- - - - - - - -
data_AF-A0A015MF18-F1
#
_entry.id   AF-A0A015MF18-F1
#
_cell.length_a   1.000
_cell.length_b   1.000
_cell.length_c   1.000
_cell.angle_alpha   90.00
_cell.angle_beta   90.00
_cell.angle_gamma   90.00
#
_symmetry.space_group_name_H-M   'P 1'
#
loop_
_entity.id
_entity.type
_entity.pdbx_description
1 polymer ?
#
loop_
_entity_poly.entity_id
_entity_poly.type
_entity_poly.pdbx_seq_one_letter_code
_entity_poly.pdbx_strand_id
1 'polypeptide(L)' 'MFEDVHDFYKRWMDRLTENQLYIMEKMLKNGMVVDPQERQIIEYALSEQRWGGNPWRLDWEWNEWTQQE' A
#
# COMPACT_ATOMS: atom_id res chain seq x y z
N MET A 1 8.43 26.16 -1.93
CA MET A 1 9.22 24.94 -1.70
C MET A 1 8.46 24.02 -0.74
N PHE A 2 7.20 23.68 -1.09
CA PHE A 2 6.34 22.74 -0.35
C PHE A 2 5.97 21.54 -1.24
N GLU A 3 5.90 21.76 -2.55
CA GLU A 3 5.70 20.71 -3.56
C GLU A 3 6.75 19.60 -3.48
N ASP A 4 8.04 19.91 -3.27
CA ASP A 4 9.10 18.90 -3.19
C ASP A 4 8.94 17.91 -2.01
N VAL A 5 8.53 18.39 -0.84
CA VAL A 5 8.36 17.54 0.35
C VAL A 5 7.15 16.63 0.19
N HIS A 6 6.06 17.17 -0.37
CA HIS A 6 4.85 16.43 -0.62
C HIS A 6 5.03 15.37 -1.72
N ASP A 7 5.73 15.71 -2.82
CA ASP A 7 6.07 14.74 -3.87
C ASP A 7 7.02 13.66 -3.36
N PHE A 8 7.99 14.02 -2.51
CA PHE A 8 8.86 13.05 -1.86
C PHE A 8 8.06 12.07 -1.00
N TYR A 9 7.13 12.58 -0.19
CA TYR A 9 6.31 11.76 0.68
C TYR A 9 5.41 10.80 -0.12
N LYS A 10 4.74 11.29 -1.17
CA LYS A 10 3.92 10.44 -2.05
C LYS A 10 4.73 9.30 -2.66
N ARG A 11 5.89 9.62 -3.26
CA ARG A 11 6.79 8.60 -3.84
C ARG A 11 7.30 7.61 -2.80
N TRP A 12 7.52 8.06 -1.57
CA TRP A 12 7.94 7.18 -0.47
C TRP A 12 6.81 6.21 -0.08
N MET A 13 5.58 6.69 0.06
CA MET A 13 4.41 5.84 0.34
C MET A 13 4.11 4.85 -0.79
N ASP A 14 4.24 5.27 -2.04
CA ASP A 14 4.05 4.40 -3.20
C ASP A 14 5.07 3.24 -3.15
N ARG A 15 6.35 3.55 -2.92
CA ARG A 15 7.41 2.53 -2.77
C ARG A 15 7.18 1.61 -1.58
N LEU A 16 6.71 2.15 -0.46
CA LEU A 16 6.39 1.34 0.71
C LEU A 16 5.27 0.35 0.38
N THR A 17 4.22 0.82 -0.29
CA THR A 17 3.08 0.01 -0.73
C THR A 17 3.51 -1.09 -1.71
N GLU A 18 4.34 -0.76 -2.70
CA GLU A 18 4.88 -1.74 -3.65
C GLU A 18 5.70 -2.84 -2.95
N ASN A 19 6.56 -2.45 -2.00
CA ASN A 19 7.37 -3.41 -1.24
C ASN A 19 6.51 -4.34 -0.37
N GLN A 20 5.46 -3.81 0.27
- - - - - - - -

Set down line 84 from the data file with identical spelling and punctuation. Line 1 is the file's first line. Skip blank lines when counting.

C ASN A 19 6.51 -4.34 -0.37